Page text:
It is important to keep in mind that a person can have more than one condition contributing to their symptoms. For example, most people with RLS also have PLMD Trusted Source National Institute of Neurological Disorders and Stroke (NINDS) NINDS aims to seek fundamental knowledge about the brain and nervous system and to use that knowledge to reduce the burden of neurological disease. View Source . Through the process of differential diagnosis, a doctor can build a complete picture of a person’s health concerns and any contributing factors in order to form the most effective treatment plan.
Is There a Test for Restless Leg Syndrome?
There is no specific diagnostic test for restless legs syndrome. If you think you may have RLS, schedule an appointment with your doctor. They will gather information from you and conduct a physical exam. Other tests may be required to rule out medical conditions that present similar symptoms. While you are waiting for your appointment, you can track your RLS symptoms at home using a sleep diary.
Keeping a Sleep Diary for RLS
A sleep diary is a method for tracking your daily habits, nightly sleep quality, and any concerns over time. You will use this information to answer questions the doctor asks you during your appointment.
You could track data such as what time you fell asleep, what time you woke up, and any sleep interruptions. You can also track variables during the day such as naps, exercise, substances like caffeine or alcohol, and your energy levels. If you are concerned about RLS, you might answer the following questions daily as well:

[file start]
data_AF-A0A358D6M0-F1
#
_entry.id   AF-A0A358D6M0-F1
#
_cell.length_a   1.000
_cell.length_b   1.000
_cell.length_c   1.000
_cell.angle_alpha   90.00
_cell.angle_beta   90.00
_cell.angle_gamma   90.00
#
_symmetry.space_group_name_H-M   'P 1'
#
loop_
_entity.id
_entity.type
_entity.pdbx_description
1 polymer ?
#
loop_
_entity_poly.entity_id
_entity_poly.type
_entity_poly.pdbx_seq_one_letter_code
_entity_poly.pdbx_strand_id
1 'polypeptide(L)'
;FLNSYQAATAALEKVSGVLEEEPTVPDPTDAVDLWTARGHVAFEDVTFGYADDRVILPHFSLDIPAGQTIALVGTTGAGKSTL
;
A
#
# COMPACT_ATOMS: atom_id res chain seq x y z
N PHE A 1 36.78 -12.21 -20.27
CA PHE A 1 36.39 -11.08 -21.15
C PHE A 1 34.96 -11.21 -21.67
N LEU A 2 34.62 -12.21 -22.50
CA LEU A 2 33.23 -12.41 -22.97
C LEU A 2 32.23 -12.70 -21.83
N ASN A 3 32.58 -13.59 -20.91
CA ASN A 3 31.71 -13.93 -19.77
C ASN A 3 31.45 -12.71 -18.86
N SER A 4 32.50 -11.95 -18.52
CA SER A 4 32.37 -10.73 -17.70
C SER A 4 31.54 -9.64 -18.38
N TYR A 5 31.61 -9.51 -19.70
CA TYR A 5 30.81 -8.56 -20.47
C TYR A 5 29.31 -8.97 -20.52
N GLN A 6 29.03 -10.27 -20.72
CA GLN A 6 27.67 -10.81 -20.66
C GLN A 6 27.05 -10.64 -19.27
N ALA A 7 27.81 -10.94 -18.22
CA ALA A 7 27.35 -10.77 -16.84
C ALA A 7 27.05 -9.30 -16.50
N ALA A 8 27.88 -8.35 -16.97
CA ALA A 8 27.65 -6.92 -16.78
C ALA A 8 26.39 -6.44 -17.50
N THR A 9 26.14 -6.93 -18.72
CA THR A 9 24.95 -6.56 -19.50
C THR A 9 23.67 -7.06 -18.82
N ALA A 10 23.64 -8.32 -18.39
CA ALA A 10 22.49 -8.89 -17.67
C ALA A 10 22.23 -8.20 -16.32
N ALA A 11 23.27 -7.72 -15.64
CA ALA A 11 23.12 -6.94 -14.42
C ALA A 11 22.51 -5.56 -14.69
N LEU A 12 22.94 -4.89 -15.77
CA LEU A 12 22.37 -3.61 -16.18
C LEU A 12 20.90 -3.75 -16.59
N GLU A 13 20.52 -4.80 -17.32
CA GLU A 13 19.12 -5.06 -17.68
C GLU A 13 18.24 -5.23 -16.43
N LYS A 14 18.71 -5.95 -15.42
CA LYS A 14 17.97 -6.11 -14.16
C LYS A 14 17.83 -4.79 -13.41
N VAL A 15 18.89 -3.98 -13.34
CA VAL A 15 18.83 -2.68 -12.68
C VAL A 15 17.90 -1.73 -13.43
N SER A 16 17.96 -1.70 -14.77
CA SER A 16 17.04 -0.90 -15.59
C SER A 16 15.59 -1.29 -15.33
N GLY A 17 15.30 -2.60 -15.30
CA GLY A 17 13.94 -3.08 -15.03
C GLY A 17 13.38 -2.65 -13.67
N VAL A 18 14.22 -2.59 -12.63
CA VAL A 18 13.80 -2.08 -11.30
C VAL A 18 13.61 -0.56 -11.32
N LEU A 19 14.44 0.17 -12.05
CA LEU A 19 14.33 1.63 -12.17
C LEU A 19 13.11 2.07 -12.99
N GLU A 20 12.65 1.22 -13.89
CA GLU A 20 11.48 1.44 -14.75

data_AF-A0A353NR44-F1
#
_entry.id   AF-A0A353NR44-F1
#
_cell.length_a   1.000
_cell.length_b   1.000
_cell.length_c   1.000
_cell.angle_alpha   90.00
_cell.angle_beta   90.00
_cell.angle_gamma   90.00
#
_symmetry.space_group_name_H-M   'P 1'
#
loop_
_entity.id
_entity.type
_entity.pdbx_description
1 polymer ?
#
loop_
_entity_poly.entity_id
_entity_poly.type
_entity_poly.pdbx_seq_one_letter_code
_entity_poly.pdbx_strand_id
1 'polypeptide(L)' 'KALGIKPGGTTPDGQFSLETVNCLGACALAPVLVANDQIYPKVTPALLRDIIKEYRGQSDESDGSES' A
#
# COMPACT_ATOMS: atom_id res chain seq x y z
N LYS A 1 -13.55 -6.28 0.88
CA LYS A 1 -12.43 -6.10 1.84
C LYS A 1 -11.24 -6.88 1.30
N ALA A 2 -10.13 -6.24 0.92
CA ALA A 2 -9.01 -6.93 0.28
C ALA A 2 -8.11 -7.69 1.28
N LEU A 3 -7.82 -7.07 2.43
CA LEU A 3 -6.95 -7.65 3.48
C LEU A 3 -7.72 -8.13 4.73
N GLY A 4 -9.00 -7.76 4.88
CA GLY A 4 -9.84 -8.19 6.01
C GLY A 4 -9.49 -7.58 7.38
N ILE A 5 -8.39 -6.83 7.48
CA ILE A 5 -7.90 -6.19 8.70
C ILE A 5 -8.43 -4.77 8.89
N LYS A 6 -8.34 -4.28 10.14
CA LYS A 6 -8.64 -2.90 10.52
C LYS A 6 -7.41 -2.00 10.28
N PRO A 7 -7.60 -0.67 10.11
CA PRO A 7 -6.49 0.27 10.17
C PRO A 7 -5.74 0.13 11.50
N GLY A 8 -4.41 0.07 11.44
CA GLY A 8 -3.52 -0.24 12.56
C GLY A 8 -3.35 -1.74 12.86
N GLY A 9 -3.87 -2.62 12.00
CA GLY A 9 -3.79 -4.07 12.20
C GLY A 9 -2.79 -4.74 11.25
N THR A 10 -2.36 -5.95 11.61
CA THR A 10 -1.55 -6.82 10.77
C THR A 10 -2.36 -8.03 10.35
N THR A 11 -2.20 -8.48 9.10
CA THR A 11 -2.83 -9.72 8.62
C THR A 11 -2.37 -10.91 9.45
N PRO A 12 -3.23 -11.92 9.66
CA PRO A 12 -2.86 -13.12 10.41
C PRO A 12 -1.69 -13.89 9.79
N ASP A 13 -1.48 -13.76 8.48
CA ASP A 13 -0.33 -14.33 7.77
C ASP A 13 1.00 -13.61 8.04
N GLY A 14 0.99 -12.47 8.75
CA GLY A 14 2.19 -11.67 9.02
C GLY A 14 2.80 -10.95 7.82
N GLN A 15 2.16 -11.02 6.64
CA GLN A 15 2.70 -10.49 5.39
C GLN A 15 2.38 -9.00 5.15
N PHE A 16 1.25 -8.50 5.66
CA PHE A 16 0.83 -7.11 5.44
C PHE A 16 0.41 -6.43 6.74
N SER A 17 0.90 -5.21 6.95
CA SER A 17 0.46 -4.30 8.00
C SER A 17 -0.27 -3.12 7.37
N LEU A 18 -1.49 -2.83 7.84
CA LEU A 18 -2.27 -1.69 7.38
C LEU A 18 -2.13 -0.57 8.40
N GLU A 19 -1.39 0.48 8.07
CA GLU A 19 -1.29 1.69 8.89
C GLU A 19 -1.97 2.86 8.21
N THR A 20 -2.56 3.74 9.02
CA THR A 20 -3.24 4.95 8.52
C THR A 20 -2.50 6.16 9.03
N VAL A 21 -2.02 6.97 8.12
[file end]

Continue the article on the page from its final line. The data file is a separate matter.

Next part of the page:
- What symptoms are you experiencing, and what did they feel like?
- What time did the symptoms occur, and what were you doing?
- Where did you feel the symptoms (e.g. in your lower legs or arms)?
- How severe were the symptoms?
- How long did the symptoms last?
- What helped relieve your symptoms, if anything?
Within a few weeks, you may notice certain trends. For example, your symptoms may worsen when you drink caffeine. Make note of these trends to share with your doctor.
What Does Restless Legs Syndrome Feel Like?
The hallmark sign of restless legs syndrome is an irresistible urge to move the legs that is associated with unpleasant sensations. But the specific feelings can present differently for different people. Words that are often used by people with RLS to describe the feelings they get in their legs include:
Another defining characteristic of RLS is that moving the legs provides relief. This can include walking, rubbing, stretching, or other movements. Because the symptoms primarily occur while resting, they can interfere with sleep Trusted Source Merck Manual First published in 1899 as a small reference book for physicians and pharmacists, the Manual grew in size and scope to become one of the most widely used comprehensive medical resources for professionals and consumers. View Source . Anyone who is concerned about RLS symptoms should make an appointment to discuss these with a physician. Once an RLS diagnosis is confirmed, there are a variety of treatment options available that can provide relief and improve sleep.
- Strong Co-Occurrence of Restless Legs Syndrome and ADHD Identified February 27, 2023 – A review of large population studies suggests a strong co-occurrence of attention-deficit/hyperactivity disorder (ADHD) and restless legs syndrome (RLS).
- Exergaming May Be Effective for People with Multiple Sclerosis and Restless Legs Syndrome February 1, 2023 – One study suggests that exercise-based video gaming could help reduce the severity of restless legs syndrome in people with multiple sclerosis.
- Symptoms Worsen Seasonally in About Half of People With Restless Legs Syndrome
Restless Legs Syndrome Is Common With Higher Prevalence in Women
Listed news articles do not represent the opinion of Sleep Foundation and are provided for informational purposes only.